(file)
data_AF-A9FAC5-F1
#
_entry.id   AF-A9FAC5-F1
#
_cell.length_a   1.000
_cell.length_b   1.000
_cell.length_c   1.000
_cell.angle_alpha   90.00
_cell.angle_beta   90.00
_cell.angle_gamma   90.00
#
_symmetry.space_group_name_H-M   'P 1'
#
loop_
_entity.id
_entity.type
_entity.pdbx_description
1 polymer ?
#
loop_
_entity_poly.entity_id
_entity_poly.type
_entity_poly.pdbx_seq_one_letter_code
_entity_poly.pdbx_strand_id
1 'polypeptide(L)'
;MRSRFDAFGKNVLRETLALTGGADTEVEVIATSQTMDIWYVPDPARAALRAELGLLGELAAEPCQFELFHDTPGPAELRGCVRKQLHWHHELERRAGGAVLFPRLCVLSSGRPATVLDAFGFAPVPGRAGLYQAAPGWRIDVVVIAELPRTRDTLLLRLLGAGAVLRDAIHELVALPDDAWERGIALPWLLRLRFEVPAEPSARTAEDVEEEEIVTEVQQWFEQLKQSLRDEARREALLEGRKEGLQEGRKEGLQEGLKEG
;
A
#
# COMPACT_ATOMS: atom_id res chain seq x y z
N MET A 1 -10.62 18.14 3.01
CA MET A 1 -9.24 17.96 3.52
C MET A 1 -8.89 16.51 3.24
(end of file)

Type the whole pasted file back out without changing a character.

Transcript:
data_AF-A9FAC5-F1
#
_entry.id   AF-A9FAC5-F1
#
_cell.length_a   1.000
_cell.length_b   1.000
_cell.length_c   1.000
_cell.angle_alpha   90.00
_cell.angle_beta   90.00
_cell.angle_gamma   90.00
#
_symmetry.space_group_name_H-M   'P 1'
#
loop_
_entity.id
_entity.type
_entity.pdbx_description
1 polymer ?
#
loop_
_entity_poly.entity_id
_entity_poly.type
_entity_poly.pdbx_seq_one_letter_code
_entity_poly.pdbx_strand_id
1 'polypeptide(L)'
;MRSRFDAFGKNVLRETLALTGGADTEVEVIATSQTMDIWYVPDPARAALRAELGLLGELAAEPCQFELFHDTPGPAELRGCVRKQLHWHHELERRAGGAVLFPRLCVLSSGRPATVLDAFGFAPVPGRAGLYQAAPGWRIDVVVIAELPRTRDTLLLRLLGAGAVLRDAIHELVALPDDAWERGIALPWLLRLRFEVPAEPSARTAEDVEEEEIVTEVQQWFEQLKQSLRDEARREALLEGRKEGLQEGRKEGLQEGLKEG
;
A
#
# COMPACT_ATOMS: atom_id res chain seq x y z
N MET A 1 -10.62 18.14 3.01
CA MET A 1 -9.24 17.96 3.52
C MET A 1 -8.89 16.51 3.24